Many trails around the town of Jasper are ideal for fat biking in winter.
Perhaps fat bike along Trail 7 along the Athabasca River? You can also find excellent trails at Pyramid Lake and Maligne Lake.
31) Go cross-country skiing
Cross-country skiing is a great way to combine your winter sightseeing in Jasper National Park with a little physical activity – to explore the best of Jasper that you might otherwise miss.
Almost any traveler can do it. And it’ll get your heart pumping as you glide along the snowy terrain.
A short easy trail is the Moab Lake Trail within the Whirlpool Cross-Country ski hub.
It’s just under 4½ miles (7 km) round-trip to the Parks Canada red chairs overlooking Whirlpool River.
Or for a longer round-trip ski of about 9½ miles (15+ km), continue past the red Adirondack chairs on the groomed Moab Lake Road to the Moab Lake viewpoint.
As you can see, there are awesome things to do in Jasper, Canada!
Jasper National Park is one of the most incredible natural attractions in Canada – a haven for hikers, bicyclists and nature lovers, as well as skiers and snowboarders.
Less touristy and busy than Banff National Park, Jasper National Park holds a special place in our hearts as a treasured family vacation spot.
We have no doubt you’ll fall in love with Jasper too.
Where to stay in Jasper
Fairmont Jasper Park Lodge:
Open year-round, the Fairmont Jasper Park Lodge is the most famous and best hotel in Jasper.
Hugging the shores of Beauvert Lake, it’s like a small village, with the main lodge and cozy cedar chalets housing some 442 guest rooms. Stay in a cabin or suite to get a wood-burning fireplace.
What we love? The rustic-chic décor, lakefront location, outdoor pool and all the activities on offer (like canoeing on the lake).
What we don’t love? The additional daily resort fee of $40 that the lodge charges for self-parking, WiFi, local phone calls and the like – we find these resort fees so annoying!
Alpine Village Resort:
On our last Jasper visit, we stayed at the top-rated Alpine Village Resort, nestled within the forest on the fringe of the Jasper townsite.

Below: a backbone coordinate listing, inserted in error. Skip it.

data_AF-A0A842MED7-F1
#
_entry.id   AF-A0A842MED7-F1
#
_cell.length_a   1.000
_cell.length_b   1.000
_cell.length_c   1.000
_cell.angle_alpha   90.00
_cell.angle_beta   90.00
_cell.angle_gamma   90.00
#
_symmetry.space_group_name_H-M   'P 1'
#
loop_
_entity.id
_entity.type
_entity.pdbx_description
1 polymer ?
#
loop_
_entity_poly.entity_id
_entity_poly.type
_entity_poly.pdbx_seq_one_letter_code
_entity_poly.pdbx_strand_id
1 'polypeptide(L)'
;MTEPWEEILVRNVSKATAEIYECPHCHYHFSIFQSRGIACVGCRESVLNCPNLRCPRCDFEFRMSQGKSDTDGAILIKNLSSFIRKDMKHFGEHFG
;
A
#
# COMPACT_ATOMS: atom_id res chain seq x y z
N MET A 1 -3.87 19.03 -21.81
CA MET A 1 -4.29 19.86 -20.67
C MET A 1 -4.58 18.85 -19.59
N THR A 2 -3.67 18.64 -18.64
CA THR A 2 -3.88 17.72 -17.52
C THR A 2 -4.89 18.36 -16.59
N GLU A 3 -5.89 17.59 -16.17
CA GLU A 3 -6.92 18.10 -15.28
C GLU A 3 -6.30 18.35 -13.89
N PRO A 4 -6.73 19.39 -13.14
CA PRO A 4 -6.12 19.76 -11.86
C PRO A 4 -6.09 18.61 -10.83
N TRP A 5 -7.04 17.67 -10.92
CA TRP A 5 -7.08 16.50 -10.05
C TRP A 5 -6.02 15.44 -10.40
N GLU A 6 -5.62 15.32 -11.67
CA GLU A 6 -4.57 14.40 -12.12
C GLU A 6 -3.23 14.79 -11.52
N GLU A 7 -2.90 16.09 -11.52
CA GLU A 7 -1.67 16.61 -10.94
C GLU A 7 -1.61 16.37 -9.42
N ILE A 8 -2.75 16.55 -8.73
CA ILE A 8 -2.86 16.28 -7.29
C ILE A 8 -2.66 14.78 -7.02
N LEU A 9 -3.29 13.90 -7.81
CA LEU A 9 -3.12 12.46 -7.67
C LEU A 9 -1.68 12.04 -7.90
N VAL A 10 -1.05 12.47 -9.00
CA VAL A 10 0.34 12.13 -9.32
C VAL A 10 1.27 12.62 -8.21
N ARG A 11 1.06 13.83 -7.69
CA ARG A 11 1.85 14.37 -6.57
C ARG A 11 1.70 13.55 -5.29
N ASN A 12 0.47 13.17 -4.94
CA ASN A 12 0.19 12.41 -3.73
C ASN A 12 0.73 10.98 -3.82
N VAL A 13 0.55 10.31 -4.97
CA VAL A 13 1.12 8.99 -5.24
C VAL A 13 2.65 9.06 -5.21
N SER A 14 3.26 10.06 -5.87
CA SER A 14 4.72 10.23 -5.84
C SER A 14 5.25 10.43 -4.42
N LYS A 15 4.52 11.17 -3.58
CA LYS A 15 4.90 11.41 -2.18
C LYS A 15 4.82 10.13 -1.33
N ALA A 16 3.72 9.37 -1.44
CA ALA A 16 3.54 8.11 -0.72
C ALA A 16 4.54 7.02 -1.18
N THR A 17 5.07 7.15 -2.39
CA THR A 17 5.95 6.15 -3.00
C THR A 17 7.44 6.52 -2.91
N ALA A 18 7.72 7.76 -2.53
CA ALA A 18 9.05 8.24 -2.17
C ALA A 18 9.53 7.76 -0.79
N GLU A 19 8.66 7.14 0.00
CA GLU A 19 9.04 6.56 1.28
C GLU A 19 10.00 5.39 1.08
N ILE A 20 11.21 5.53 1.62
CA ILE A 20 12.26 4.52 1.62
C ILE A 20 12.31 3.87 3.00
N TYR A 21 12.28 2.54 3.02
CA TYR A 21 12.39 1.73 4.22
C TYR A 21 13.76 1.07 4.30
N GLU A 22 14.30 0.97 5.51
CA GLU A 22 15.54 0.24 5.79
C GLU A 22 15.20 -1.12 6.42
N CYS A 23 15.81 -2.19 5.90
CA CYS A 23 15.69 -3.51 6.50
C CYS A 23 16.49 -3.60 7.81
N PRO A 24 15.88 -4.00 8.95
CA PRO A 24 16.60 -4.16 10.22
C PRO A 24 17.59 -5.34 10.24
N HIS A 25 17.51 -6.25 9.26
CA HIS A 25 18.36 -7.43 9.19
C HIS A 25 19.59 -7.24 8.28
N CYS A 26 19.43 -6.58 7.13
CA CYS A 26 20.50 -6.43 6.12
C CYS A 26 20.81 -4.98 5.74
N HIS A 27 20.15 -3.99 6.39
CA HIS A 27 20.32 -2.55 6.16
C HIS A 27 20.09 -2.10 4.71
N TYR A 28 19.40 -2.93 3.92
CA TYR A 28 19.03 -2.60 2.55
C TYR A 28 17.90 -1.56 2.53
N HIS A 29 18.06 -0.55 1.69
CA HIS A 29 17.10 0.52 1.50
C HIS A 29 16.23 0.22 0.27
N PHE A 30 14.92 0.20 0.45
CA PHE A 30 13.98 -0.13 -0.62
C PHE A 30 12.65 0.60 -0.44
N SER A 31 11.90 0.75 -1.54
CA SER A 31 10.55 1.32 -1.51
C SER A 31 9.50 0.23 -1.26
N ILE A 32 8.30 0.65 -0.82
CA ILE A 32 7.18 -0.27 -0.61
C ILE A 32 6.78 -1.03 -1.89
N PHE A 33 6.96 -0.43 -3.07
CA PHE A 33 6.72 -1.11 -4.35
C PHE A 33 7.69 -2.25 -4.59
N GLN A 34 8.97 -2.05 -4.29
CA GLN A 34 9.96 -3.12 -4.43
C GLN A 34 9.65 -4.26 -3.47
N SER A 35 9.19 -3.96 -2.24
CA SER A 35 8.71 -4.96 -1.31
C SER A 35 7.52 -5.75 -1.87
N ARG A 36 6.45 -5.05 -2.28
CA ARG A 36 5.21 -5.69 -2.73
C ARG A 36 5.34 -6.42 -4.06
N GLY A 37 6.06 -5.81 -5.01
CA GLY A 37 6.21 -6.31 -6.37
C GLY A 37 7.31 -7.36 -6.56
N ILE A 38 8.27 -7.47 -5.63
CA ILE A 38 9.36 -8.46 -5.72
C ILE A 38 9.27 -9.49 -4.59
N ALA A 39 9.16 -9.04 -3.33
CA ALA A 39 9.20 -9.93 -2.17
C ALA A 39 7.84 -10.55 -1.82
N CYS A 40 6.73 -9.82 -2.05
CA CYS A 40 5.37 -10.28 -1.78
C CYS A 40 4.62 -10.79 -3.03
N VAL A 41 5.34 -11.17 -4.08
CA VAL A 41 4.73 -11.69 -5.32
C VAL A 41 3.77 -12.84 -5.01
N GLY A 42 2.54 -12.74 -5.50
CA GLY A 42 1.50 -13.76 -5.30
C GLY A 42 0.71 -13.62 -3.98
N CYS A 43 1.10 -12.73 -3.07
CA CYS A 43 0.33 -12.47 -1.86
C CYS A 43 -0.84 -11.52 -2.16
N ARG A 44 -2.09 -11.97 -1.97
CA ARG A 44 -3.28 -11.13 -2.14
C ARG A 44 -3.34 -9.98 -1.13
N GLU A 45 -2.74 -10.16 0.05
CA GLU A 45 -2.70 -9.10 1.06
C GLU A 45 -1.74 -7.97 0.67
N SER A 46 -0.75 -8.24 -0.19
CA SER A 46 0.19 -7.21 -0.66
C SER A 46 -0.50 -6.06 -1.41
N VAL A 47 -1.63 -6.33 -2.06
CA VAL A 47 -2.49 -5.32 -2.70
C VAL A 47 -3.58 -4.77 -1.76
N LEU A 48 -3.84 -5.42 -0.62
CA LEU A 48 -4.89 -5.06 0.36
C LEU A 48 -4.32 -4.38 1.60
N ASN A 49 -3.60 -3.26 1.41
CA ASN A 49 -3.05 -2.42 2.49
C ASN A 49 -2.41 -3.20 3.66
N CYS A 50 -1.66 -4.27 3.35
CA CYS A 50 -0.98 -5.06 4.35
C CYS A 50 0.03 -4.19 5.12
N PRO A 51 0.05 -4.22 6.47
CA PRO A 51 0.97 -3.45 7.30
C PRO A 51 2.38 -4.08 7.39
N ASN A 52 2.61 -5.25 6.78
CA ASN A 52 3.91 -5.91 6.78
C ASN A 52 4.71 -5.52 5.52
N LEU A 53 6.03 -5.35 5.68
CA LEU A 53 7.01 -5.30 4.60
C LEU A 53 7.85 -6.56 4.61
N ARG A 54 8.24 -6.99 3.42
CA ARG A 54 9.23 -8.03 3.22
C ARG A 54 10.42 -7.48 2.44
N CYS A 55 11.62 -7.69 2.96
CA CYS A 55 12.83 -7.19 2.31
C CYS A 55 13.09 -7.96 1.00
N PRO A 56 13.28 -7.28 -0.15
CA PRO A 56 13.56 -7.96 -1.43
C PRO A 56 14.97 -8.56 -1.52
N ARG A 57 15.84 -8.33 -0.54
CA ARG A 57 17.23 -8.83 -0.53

Offering quintessential Rocky Mountain accommodation, it has 56 charming and authentic log cabins.
Sleeping from 2 to 5 people (depending on the cabin), they’re packed with plenty of modern luxuries. Many cabins have full kitchens and living areas; most have wood-burning fireplaces too.
Open seasonally from May to October, the Alpine Village Resort is the perfect place to stay to lose yourself in nature.
We’ve also stayed at Pine Bungalows.
Built in 1936, Pine Bungalows is great if you’re looking to unplug and unwind – and you want to spend a little less than at Alpine Village Resort.
Set on 11 acres of land along the Athabasca River, these cozy cabins offer a true rustic mountain experience. We even saw moose munching on grasses around our cabin one day at dusk! All cabins feature a fireplace, and most have a kitchen too.
As well, Pine Bungalows has a 16-room lodge with air conditioning and WiFi.
Pyramid Lake Resort:
Another year-round property, the newly renovated Pyramid Lake Resort is located just a few miles outside of Jasper town.
Overlooking Pyramid Lake, each of the resort’s chalet-style 62 guest rooms offers a fireplace and views of the lake and mountains.
You also get complimentary use of the canoes, kayaks, paddleboards and mountain bikes at certain times of the day. But the resort also charges that dratted daily resort fee ($15 a day).
How to get to Jasper, Alberta
The trip to Jasper is fairly easy, whether you’re coming from Edmonton in the north, Calgary to the south or Vancouver to the west.
Edmonton to Jasper:
The drive from Edmonton to Jasper National Park will take you through small-town Alberta.
Travel to Jasper along Highway #16 and the trip should take you just shy of 4 hours, depending on when you visit.
Winter weather can add to the 226-mile (365-km) trip, as can busy summer weekends, so it’s always best to plan ahead.
Calgary to Jasper:
At more than 240 miles (400 km), the drive from Calgary is slightly longer but no less stunning.
The nearly 5-hour journey will take you to Jasper National Park via the Trans-Canada Hwy #1 and Hwy #93.
Along the way, you’ll see glorious vistas and the epic scenery of the Rocky Mountains as you say goodbye to the city.
Hwy #93 from Lake Louise to Jasper is the Icefields Parkway (see #15 above), where the scenery on view from your car is some of the most stunning in the world.
Vancouver to Jasper:
If you’re keen on a road trip from the West Coast, you’re going to want to set aside more time.
The 720-mile (1160-km) drive from Vancouver to Jasper will take you close to 9 hours as you twist and turn along Highway #5 (the Yellowhead Highway).
But again, we can tell you from personal experience that the drive is exceptional and offers some totally unforgettable views.
More information about Canada’s Jasper National Park
See the Parks Canada website on Jasper.
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Photo credits: 2, 3, 5, 12, 15, 20 to 22, 28, 30, 33 © Janice and George Mucalov, SandInMySuitcase